10 reasons why industries should use custom analytics applications
Analytics is a complex process of breaking down streams of data into its many components in order to find patterns, trends and correlations. The market place is full of analytics products and though most of them are good, they may not be sufficient for performing analysis outside of their pre-programmed capabilities, especially with numerous big data applications in industries. This means that when data owners want to query company-specific or data-specific scenarios, their tools will not be of much help. Building a new internal system is one way to address this challenge, though the process is expensive, labor intensive and will require very specialized expertise to manage. A company operating on a lean budget might be better off investing in ready-made custom analytics products.
There are many reasons why industries should use custom analytics. Some of these scenarios are shaped by the industry that a company operates in:
1. Industries that need to “deep-dive” into their data or run complicated queries can do so with custom analytics tools
As markets change and big data continues to gain wider acceptance, new dynamics emerge and industries find themselves in need of customizable tools to help them understand the new environment they operate in. Additionally, businesses that need to dig deep and discover hidden layers in their data can only do so by running complicated queries, which cannot be supported by out-of-the-box analytics applications.
2. B2B companies can prove ROI of their products using in-app analytics
Selling to B2B companies requires impressing executives at different levels, most of whom don’t have time to go through long product proposals. Embedding analytics within a product is a great way to show the unique value it will add to your customers’ business.
For instance, help scout has in-app reports to show request volume and response time by support team members. Salesforce also has dashboards used for tracking performance of sales team members.
3. To minimize the error rate in data insights
Trying to reconstruct analytics events out of systems that have not been programmed to answer specific questions can be tiring, not to mention, the answers might not be accurate. Sometimes, the easiest and most accurate way to arrive at an accurate insight is to create a custom query.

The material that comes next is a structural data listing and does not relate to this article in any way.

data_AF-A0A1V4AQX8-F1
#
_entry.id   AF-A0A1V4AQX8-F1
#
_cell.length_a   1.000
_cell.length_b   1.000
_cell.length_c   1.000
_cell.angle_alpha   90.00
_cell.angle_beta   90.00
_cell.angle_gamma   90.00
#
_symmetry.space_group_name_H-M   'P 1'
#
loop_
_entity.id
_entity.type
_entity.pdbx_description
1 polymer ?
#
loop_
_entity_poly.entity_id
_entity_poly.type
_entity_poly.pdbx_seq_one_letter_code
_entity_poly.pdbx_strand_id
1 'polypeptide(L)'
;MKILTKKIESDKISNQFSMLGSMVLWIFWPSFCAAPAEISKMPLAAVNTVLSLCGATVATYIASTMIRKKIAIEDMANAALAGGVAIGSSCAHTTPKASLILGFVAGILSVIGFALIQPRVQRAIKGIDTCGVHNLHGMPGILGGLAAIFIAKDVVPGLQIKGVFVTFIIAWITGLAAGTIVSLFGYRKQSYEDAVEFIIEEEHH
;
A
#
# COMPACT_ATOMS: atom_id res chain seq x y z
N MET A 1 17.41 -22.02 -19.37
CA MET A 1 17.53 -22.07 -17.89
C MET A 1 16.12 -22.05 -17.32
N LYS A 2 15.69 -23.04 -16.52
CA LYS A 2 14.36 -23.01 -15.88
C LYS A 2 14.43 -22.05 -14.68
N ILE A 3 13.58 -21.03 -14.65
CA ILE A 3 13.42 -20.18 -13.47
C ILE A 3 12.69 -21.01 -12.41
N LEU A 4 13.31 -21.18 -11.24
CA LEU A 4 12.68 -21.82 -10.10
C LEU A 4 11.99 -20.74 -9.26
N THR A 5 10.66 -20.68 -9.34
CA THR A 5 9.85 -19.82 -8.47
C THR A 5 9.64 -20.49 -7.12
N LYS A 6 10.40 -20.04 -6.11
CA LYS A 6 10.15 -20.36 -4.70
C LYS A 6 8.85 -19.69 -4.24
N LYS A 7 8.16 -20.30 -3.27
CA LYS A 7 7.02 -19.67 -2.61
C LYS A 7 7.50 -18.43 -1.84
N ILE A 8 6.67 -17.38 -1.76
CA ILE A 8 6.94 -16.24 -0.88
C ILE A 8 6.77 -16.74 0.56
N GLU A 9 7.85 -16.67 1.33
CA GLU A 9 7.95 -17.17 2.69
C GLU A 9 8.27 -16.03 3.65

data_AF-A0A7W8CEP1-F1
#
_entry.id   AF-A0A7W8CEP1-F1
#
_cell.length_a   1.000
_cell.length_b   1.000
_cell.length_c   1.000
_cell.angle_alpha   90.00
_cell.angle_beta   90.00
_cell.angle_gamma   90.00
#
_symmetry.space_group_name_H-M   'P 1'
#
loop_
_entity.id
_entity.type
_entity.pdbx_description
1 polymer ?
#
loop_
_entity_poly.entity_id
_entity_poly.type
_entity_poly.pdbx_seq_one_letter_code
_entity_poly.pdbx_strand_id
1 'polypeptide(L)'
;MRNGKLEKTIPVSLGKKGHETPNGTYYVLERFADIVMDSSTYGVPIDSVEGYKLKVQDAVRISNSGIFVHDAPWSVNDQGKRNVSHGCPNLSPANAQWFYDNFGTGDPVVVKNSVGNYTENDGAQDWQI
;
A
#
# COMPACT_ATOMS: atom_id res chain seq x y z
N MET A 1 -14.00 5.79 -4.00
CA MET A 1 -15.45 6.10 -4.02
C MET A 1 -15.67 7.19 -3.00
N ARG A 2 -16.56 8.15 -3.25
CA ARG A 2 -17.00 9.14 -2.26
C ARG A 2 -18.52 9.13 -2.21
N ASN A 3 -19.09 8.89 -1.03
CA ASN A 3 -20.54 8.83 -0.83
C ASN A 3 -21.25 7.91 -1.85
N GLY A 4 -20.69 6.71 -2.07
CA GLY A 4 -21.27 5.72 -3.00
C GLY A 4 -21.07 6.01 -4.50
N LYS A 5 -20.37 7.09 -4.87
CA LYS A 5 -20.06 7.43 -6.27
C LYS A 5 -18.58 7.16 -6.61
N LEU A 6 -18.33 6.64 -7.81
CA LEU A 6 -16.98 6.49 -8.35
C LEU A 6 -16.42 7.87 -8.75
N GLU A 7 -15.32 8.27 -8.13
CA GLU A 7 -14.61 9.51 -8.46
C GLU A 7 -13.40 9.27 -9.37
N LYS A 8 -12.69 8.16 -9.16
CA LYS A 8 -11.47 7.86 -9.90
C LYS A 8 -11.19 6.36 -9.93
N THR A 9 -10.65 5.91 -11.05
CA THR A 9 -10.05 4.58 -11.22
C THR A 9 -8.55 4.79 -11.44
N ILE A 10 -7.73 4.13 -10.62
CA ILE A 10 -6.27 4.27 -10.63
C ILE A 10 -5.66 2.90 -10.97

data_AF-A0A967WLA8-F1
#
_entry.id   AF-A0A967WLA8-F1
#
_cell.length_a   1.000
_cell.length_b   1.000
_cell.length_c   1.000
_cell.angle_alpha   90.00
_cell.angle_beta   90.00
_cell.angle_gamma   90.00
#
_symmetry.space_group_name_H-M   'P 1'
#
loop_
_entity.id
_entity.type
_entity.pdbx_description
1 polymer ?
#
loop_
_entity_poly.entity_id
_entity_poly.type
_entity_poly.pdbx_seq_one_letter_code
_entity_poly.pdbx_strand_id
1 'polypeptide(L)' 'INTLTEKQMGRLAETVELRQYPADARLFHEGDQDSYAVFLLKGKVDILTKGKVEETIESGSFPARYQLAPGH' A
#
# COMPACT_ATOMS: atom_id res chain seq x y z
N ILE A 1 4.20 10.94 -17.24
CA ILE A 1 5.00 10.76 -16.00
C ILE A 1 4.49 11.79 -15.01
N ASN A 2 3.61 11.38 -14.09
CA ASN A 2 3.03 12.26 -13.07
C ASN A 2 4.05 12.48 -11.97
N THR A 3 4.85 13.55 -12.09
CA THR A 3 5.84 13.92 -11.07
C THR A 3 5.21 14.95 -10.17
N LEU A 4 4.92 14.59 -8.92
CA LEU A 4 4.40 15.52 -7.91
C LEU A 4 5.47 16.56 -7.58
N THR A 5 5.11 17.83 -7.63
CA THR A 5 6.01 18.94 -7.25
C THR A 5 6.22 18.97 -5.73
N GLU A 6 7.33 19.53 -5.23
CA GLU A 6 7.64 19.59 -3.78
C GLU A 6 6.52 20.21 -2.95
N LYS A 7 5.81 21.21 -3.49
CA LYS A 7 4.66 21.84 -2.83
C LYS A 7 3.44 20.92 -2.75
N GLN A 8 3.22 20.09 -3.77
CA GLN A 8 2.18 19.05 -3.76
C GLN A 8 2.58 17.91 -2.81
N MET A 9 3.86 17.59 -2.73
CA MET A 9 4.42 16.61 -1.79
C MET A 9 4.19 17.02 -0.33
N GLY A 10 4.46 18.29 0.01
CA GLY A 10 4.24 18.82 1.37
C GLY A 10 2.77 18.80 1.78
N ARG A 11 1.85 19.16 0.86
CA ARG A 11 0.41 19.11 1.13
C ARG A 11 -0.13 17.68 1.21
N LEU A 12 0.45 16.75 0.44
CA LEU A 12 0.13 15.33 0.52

4. When volume and frequency of data increases beyond the processing capacity of current tools
In the age of big data, access to the right tools is essential for analysts to continually deliver useful insights from multiple sources of data. Where the right analytical infrastructure is lacking, companies find themselves sitting on large volumes of useless data.
5. To predict online behavior for more intuitive and effective marketing
Marketers can use custom analytics applications to drive brand objectives such as awareness and loyalty. For instance, for an ecommerce site, a purchase indicates that an objective has been met. If a customer doesn’t buy, behavioral indicators will tell the business whether the customer is likely to come back or not. If the customer bookmarks a site, or signs up for product notifications, this could be indicative of interest in future offers. A business can then target the customer with relevant promotions.
6. To support innovation and remain competitive
Innovation is driven by ideas. Since ideas vary greatly, data analysis applications have to be capable of working with diverse and unique collections of data to give insights that will support innovations such as development of new products, creative ways of satisfying customers, effective customer segmentation, better marketing and better support strategies.
7. To minimize risk and address compliance challenges
Retail banking, insurance companies, revenue authorities and other government bodies encounter risks such as fraud and embezzlement. Such organizations need specialized analytics tools for identifying and addressing patterns of non-compliance. Companies seeking assistance can rely on a private investigator agency that provides discreet, professional private investigation services delivering impactful results.
8. Businesses can stand out, promote customer loyalty and experience brand growth
The main objective of ecommerce businesses is to sell products and services online. Analytics helps these companies understand the complex online market place in order to stay ahead of the millions (if not billions) of the stores that operate in this landscape.
Analytics on content performance allows business owners to shift their strategy to encourage visitation, user engagement and to ensure that visitors find the information they are looking for whenever they need it.
9. Scientific and research bodies perform tests on countless of cases for which they need to build unique hypothetical scenarios and explore different outcomes.
Science is a very wide fields hence research into any scientific subject requires querying a large amount of data. In order for studies to be effective and objective, scientists need to use tools that can be adapted to account for an unlimited number of variables.
10. Custom analytics allows non-profits to anticipate disaster scenarios and craft appropriate prevention and response tactics.
The fatalities, property damage, and the crippling effects to economies experienced after every natural disaster are usually quite high. Government agencies and disaster prevention bodies need to anticipate disasters in order to be prepared before they happen. As the factors that affect disasters can change unexpectedly, predicting a disaster with accuracy requires use of simulation models and algorithms that can be adapted to suit new factors.
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